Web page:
“Don’t make this our libraries’ final chapter”

Many thanks to  editor Fiona Phillips for permission to reprint this opinion piece from the Hereford Times of Thursday 30th June.

Don’t make this our libraries’ final chapter

So now we know: £200,000 can save Herefordshire Council a full library service or help pay off a senior officer already on a six figure salary – in the hope that the officer won’t sue for any more.

It’s all about priorities, you see.

Priorities like the new library Hereford should have had years ago but which was lost or forgotten about amid the all the finger-wagging over the “need” we’re told we have for more shops. Ironically, that same dream saw the city one day hosting university-level education.

Priorities like a mobile library service that reaches our remotest communities, meaning so much more than just book-lending.

When a librarian with 37 years of service says she fears for the future of that service then her former employers should listen.

But instead those employers will fork out yet more public money to some self-styled consultant pitching sacrifice at the altar of Acronym to wide-eyed devotees at a PowerPoint presentation.

That means death by a thousand cuts to the rest of us.

Libraries are unique environments and need to be. For many of us growing up, the local library was our internet. So excuse us if we don’t seem grateful that the county’s main libraries are staying open. Not only should they be staying open, but all the energy that is going into “remodelling” the service should be going into what more they can be as libraries and not, to use that grating phrase, one-stop shops.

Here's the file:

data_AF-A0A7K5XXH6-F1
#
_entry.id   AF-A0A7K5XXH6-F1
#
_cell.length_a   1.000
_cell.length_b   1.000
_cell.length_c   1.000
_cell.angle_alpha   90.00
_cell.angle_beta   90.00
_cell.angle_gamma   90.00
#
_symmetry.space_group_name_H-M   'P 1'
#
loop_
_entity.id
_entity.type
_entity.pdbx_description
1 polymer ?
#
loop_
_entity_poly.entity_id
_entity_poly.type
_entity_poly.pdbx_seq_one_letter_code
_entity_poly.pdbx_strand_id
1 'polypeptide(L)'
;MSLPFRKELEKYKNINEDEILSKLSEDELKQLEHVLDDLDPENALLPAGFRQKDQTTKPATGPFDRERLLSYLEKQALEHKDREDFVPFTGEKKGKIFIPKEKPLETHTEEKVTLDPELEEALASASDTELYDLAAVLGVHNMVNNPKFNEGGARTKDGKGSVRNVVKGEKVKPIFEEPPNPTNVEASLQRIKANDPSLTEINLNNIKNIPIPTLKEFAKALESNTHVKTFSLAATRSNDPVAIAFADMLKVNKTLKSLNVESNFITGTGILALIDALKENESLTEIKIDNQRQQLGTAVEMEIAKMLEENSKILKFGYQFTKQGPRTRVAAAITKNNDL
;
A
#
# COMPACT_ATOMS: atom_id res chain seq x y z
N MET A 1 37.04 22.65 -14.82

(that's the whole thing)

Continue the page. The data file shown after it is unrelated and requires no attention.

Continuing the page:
Instead, we’re told that if we want a library in our community we had better be prepared to run it ourselves. That’s localism, the coalition’s great get-out clause: paying public servants huge salaries to cut services for communities to run themselves, while those communities still pay for such service. Genius.

As we hurtle ever downward into the abyss, there may be moss to cushion the fall. But we’re still a long way from the bottom.